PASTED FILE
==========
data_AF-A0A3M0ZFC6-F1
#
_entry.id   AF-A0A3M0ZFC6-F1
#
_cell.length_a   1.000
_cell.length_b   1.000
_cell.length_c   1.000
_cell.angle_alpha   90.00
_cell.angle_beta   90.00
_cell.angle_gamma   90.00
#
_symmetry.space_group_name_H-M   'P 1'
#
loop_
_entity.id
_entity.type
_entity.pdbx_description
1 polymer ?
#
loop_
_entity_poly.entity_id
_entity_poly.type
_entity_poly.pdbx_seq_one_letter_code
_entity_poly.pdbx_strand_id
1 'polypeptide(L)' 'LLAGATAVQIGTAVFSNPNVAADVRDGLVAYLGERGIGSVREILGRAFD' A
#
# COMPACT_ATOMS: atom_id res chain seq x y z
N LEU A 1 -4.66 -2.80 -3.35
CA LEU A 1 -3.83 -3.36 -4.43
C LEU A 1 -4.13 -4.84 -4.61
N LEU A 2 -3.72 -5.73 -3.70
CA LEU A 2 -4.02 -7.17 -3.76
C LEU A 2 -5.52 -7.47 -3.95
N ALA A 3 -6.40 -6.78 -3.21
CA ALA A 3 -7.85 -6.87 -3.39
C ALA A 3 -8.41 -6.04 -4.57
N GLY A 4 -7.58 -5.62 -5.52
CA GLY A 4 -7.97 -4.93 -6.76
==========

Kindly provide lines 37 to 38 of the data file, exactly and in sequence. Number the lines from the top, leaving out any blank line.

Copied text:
N GLY A 4 -7.58 -5.62 -5.52
CA GLY A 4 -7.97 -4.93 -6.76